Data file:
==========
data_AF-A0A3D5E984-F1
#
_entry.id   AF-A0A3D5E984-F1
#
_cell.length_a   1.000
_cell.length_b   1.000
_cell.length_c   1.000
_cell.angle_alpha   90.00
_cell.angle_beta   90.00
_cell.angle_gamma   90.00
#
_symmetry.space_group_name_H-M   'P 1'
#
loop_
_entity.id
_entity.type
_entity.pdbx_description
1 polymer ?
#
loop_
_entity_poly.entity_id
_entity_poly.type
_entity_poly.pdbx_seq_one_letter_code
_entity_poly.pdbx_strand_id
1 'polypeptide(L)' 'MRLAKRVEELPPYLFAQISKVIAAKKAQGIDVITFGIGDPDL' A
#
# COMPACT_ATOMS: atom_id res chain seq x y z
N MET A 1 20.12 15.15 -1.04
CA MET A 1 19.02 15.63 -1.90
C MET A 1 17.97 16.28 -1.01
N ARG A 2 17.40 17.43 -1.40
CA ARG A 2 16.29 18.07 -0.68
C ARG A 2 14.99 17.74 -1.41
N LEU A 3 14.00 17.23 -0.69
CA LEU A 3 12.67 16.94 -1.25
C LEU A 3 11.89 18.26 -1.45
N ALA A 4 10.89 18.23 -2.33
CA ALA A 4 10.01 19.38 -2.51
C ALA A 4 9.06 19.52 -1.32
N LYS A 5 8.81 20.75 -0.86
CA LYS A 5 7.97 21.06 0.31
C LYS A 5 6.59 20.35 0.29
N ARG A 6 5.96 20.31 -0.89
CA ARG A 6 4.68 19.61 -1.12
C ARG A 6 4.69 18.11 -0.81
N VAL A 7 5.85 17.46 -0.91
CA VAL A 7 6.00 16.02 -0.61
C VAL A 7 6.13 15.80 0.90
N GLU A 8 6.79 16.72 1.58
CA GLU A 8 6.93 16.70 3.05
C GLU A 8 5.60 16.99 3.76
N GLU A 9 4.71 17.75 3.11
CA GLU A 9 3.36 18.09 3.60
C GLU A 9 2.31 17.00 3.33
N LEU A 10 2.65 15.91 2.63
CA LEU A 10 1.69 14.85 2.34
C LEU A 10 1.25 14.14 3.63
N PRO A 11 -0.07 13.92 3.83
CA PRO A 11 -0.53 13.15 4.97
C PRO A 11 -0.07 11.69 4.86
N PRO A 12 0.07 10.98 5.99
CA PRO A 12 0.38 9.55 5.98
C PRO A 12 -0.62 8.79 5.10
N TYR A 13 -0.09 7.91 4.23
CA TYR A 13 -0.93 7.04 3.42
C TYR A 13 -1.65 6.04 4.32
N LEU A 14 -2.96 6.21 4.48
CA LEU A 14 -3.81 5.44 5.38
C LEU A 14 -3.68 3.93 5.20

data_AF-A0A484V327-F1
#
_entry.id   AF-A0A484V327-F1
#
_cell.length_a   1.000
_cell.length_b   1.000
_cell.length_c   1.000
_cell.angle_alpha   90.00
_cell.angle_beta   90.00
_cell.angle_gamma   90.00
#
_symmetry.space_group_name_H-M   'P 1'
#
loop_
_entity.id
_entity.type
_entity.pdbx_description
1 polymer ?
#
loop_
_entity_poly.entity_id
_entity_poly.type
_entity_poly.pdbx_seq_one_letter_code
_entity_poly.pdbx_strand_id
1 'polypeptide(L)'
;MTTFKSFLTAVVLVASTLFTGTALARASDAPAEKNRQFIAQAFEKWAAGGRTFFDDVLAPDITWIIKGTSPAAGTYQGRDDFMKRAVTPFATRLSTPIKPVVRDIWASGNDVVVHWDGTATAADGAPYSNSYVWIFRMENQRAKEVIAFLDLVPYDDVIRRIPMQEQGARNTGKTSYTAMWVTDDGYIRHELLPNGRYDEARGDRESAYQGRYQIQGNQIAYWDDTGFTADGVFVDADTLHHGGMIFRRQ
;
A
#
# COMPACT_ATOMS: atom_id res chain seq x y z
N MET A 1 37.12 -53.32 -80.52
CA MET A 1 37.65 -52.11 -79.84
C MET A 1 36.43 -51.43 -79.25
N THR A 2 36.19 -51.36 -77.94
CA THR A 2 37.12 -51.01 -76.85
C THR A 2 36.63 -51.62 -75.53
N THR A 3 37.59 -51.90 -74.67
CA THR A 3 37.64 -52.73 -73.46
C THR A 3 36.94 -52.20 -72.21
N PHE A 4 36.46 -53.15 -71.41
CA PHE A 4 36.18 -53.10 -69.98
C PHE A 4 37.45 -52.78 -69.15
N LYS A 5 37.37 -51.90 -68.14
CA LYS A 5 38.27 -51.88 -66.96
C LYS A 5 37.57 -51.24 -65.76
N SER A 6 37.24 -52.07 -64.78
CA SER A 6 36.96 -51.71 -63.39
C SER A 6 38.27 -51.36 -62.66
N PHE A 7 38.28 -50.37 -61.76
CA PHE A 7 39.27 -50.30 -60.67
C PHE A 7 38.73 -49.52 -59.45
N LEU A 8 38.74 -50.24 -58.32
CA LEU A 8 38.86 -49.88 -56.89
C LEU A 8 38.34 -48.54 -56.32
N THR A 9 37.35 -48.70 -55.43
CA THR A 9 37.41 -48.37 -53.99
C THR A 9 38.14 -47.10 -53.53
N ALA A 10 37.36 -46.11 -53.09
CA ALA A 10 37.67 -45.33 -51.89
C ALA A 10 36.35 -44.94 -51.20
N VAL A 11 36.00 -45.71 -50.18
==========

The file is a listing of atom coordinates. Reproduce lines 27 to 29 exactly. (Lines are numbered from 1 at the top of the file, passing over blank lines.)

# COMPACT_ATOMS: atom_id res chain seq x y z
N MET A 1 20.12 15.15 -1.04
CA MET A 1 19.02 15.63 -1.90